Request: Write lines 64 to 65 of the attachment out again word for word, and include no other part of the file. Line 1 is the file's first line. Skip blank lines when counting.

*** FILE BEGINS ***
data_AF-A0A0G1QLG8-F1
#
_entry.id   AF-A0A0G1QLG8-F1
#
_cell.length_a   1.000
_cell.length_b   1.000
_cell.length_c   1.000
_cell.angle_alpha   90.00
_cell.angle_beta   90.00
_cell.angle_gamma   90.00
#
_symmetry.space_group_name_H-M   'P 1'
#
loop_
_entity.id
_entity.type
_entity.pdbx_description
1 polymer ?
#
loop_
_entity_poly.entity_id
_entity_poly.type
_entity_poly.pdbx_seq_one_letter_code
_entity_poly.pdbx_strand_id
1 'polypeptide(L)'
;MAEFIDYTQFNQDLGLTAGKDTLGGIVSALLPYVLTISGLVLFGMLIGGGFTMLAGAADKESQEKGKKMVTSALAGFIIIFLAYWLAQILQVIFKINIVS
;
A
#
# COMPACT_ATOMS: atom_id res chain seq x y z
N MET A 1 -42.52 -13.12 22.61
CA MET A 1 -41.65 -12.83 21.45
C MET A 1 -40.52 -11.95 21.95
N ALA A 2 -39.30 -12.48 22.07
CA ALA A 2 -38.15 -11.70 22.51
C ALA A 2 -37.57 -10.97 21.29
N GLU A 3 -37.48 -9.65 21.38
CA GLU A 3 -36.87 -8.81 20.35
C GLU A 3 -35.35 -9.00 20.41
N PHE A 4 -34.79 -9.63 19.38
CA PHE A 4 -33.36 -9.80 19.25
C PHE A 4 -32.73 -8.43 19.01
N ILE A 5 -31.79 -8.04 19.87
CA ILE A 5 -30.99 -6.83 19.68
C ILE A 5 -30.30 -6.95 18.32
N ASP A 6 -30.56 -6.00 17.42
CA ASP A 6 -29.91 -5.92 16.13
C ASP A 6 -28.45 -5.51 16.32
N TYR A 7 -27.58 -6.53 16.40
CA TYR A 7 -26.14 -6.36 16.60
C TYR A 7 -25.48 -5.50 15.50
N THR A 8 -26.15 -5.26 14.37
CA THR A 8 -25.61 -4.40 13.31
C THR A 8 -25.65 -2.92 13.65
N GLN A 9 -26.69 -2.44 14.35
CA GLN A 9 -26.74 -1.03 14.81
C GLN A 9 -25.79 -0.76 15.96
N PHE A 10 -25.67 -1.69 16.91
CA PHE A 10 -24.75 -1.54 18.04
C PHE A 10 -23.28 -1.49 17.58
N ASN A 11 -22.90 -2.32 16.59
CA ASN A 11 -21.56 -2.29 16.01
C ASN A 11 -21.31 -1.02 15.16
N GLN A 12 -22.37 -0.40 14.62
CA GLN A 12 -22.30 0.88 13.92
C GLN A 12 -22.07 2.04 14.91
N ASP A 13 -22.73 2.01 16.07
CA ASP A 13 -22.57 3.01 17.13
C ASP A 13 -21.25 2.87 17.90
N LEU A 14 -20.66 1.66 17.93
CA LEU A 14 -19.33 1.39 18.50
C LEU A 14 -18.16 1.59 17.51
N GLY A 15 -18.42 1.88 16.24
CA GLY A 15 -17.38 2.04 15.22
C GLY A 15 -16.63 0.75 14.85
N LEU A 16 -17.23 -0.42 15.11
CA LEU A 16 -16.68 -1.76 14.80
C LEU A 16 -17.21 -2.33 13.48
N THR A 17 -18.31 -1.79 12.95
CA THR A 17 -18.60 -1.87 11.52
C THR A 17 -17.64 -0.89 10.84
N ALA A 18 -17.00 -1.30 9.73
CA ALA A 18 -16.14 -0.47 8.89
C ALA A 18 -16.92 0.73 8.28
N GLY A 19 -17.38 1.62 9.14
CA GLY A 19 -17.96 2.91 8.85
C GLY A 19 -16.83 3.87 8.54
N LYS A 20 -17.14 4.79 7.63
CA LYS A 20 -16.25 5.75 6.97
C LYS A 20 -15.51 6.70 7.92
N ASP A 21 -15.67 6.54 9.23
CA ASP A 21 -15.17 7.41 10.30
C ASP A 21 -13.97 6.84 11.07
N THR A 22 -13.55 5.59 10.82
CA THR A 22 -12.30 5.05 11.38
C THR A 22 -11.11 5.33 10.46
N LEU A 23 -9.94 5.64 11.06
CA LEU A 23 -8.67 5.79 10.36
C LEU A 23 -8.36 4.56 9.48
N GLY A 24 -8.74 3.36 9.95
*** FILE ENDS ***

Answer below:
N GLN A 12 -22.37 -0.40 14.62
CA GLN A 12 -22.30 0.88 13.92